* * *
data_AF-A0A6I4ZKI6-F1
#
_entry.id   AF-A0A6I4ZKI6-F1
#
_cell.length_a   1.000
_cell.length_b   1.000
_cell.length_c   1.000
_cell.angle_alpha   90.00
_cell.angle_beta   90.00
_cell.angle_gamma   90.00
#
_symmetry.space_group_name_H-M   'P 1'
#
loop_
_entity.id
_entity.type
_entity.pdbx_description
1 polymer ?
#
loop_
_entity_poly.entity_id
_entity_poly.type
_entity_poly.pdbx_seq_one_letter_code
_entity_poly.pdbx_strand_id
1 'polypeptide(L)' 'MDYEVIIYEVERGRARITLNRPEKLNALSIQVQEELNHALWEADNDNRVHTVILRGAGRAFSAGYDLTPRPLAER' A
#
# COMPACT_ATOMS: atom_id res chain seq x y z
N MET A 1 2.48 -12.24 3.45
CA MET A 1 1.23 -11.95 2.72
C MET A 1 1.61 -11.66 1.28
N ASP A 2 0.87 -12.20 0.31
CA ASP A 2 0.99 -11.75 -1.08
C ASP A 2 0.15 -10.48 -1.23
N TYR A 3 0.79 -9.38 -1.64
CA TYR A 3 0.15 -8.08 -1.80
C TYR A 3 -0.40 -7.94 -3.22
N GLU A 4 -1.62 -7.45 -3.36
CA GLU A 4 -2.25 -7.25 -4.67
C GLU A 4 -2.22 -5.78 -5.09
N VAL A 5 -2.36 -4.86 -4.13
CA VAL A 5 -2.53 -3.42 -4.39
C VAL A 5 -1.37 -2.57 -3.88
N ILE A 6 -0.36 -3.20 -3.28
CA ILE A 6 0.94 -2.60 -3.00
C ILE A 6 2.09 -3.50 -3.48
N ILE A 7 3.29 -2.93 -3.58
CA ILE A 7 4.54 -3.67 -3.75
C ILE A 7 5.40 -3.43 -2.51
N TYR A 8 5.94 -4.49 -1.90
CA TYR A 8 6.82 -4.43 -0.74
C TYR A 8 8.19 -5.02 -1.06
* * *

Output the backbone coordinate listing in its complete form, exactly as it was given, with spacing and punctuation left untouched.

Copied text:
data_AF-A0A6I4ZKI6-F1
#
_entry.id   AF-A0A6I4ZKI6-F1
#
_cell.length_a   1.000
_cell.length_b   1.000
_cell.length_c   1.000
_cell.angle_alpha   90.00
_cell.angle_beta   90.00
_cell.angle_gamma   90.00
#
_symmetry.space_group_name_H-M   'P 1'
#
loop_
_entity.id
_entity.type
_entity.pdbx_description
1 polymer ?
#
loop_
_entity_poly.entity_id
_entity_poly.type
_entity_poly.pdbx_seq_one_letter_code
_entity_poly.pdbx_strand_id
1 'polypeptide(L)' 'MDYEVIIYEVERGRARITLNRPEKLNALSIQVQEELNHALWEADNDNRVHTVILRGAGRAFSAGYDLTPRPLAER' A
#
# COMPACT_ATOMS: atom_id res chain seq x y z
N MET A 1 2.48 -12.24 3.45
CA MET A 1 1.23 -11.95 2.72
C MET A 1 1.61 -11.66 1.28
N ASP A 2 0.87 -12.20 0.31
CA ASP A 2 0.99 -11.75 -1.08
C ASP A 2 0.15 -10.48 -1.23
N TYR A 3 0.79 -9.38 -1.64
CA TYR A 3 0.15 -8.08 -1.80
C TYR A 3 -0.40 -7.94 -3.22
N GLU A 4 -1.62 -7.45 -3.36
CA GLU A 4 -2.25 -7.25 -4.67
C GLU A 4 -2.22 -5.78 -5.09
N VAL A 5 -2.36 -4.86 -4.13
CA VAL A 5 -2.53 -3.42 -4.39
C VAL A 5 -1.37 -2.57 -3.88
N ILE A 6 -0.36 -3.20 -3.28
CA ILE A 6 0.94 -2.60 -3.00
C ILE A 6 2.09 -3.50 -3.48
N ILE A 7 3.29 -2.93 -3.58
CA ILE A 7 4.54 -3.67 -3.75
C ILE A 7 5.40 -3.43 -2.51
N TYR A 8 5.94 -4.49 -1.90
CA TYR A 8 6.82 -4.43 -0.74
C TYR A 8 8.19 -5.02 -1.06